It is looking more and more likely that the New York Giants will use the $32.4 million franchise tag to keep quarterback Daniel Jones from entering the free agent market.
NFL insider Tom Pelissero tweeted Saturday night that “Jones’ agents from Athletes First are expected to leave Indianapolis on Sunday with no contract resolution in sight.”
Jones’ agents leaving Indianapolis does not mean that negotiations can’t or won’t continue between now and Tuesday’s 4 p.m. ET franchise tag deadline. If a week of daily face-to-face meetings did not result in a deal, though, it is difficult to see how a day or two of text messages, FaceTime or Zoom calls will accomplish that.
Giants general manager Joe Schoen admitted Thursday on NFL Network that “I wish we were a little bit closer on a deal than what we are right now.”
Schoen has been clear that he will not allow Jones to reach free agency. He confirmed on Tuesday in his combine media availability that he will use the tag to keep Jones. Schoen added, though, that both sides understand the tag is not the ideal outcome. Schoen admitted that the tag, all of which will count against the Giants’ 2023 salary cap, would restrict the Giants’ ability to try and strengthen the roster in free agency.
“That’s something everybody realizes,” Schoen said. “If you have to franchise Daniel I don’t think that’s best for the organization and I don’t think it’s best for Daniel, especially as we try to build the team around him and questions about receiver, other positions on the other side of the ball where we may need depth. It does hurt you a little bit in terms of the team-building process but we’re prepared if that’s the scenario we’re faced with we have a Plan B and we’ll try to execute that as best we can.”
Teams often use the tag to continue negotiations with a player, coming to a long-term deal before the mid-July (July 17 in this case) deadline. By that time, a long-term deal must be in place or Jones would have to play the 2023 season on the one-year tag.
Paul Schwartz of the New York Post reported this week that the Giants are not inclined to continue negotiations once the tag is applied. A source told Schwartz that a deal is “probably not going to get done” if it doesn’t happen by Tuesday.
That circumstance would put Jones in another prove-it season, and place the Giants in a precarious financial position for 2023.
The Giants currently have $46.873 million in cap space, per Over The Cap. Tagging Jones would leave them $14.473 million, before whatever relief they will get from releasing wide receiver Kenny Golladay ($6.7 million pre-June 1 cut, $13.5 million post-June 1 cut).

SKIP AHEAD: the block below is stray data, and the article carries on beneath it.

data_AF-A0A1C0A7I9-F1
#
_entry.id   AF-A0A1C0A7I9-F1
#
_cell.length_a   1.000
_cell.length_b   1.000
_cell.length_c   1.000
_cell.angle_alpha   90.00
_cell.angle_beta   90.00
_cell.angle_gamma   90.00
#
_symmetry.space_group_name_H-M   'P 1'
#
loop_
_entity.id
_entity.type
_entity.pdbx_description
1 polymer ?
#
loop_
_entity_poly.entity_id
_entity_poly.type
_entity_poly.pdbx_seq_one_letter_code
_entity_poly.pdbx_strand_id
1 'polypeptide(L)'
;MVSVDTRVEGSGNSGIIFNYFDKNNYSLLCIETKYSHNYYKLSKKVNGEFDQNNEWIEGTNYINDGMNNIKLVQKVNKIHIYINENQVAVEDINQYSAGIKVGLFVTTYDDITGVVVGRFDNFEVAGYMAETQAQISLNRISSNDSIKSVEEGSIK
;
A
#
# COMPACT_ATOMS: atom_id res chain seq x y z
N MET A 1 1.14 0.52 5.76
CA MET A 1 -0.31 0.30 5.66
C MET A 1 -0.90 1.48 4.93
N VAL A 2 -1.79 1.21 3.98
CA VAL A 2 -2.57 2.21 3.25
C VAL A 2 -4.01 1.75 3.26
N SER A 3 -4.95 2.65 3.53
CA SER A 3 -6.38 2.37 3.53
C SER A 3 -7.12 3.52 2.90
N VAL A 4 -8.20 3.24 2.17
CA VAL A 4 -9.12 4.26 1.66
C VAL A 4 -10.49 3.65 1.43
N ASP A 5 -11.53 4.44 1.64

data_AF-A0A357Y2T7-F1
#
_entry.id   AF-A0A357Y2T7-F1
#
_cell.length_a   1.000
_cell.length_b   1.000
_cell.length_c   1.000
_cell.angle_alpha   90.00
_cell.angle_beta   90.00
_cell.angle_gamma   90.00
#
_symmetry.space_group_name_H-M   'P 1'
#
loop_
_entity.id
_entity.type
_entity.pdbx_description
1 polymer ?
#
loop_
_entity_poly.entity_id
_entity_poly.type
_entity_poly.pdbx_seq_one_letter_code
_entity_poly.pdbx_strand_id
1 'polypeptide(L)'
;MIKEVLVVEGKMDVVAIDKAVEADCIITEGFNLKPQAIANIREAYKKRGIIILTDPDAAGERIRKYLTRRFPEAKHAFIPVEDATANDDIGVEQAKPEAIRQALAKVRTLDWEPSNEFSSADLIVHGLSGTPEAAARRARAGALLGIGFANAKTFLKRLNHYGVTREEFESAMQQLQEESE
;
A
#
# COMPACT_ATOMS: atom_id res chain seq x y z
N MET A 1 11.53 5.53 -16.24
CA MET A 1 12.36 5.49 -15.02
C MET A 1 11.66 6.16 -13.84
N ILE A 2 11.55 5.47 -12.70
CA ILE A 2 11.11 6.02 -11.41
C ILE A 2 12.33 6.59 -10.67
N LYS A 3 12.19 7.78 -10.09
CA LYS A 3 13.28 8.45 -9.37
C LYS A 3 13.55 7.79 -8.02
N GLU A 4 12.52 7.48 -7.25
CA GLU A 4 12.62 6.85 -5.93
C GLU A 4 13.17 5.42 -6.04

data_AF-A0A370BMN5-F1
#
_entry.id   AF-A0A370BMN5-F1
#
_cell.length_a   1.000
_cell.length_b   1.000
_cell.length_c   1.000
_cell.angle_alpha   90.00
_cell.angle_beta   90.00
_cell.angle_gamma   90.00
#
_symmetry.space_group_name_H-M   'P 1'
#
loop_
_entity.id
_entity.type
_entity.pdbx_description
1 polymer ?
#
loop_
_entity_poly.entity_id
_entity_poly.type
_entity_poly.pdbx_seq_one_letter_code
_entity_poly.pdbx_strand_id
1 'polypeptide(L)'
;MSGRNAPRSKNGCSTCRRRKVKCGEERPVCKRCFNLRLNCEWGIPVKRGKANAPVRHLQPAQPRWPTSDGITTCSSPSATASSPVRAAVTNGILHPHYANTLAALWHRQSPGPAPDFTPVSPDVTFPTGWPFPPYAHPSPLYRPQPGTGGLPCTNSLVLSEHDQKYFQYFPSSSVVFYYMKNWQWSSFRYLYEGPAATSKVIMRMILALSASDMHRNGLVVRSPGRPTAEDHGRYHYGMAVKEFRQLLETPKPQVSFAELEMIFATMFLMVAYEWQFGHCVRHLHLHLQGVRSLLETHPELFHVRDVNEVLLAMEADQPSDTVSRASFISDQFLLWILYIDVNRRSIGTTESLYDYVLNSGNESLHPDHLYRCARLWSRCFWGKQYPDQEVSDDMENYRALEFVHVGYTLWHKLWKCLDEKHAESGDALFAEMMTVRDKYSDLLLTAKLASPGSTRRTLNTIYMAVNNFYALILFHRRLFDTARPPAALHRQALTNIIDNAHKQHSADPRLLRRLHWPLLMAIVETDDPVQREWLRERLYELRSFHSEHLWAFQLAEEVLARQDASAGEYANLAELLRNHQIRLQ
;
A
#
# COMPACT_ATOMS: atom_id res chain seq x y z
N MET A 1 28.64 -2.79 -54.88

With a rookie class to sign and other holes to fill, tagging Jones would put the team’s ability to keep running back Saquon Barkley into question. Barkley reportedly turned down a contract worth $12.5 million annually around the middle of the 2022 season.
Bonuses, void years and back-loading the base salary amounts of a Barkley contract could lower the 2023 cap hit, but it is hard to see the Giants be able to tag Jones, sign Barkley, sign their rookie class and get anything significant done in free agency.
ESPN suggested Sunday that a four-year, $160-million deal is still possible. From Jeremy Fowler:
Jones’ representatives and the Giants have been working feverishly on a megadeal, with the firm understanding that if there’s no deal by the franchise tag deadline, he’s getting the tag. Some around the league expect this to be a four-year deal in excess of $160 million, though parameters are still fluid.
“A big number is on the table,” a source said about the negotiation. When I ask people in Indy what has surprised them the most this week, the main answer is that the Giants appear comfortable giving Jones a huge deal. They aren’t shying away from these talks.
... I’m also hearing that the Giants will franchise-tag Barkley at $10.1 million should they reach a long-term deal with Jones. New York could also be active in free agency despite the big money attached to Jones. It is looking at improving the defensive front seven.
On Tuesday, Schoen seemed to recognize that tagging Jones could lead Barkley to test his value on the open market.
“I say it all the time, if-then scenarios, we’re going through those. If it gets out of hand and it’s out of our comfort zone we have the tag, we can only tag one player, we’ll use that,” he said. “If someone’s got to walk then that’s unfortunate but that’s a part of the business. We’re still building a team, that’s important to keep in mind.”
Schoen said there would a “line in the sand” in negotiations with Barkley’s representatives.
“You take all that [off-field value] all into account or you wouldn’t approach the player on a contract extension. Walter Payton Man of the Year, I love that about him but you also got to look at production, durability, games played, production versus other comps throughout the league and that’s usually where they land from a financial standpoint,” Schoen said. “We’ve got to draw a line in the sand, like we’re not going any further and if it goes past this, alright let’s shift to Plan B. Hopefully we don’t get to that.”
The next 48 hours could tell us a great deal not only about the 2023 Giants, but the long-term picture for the team, as well.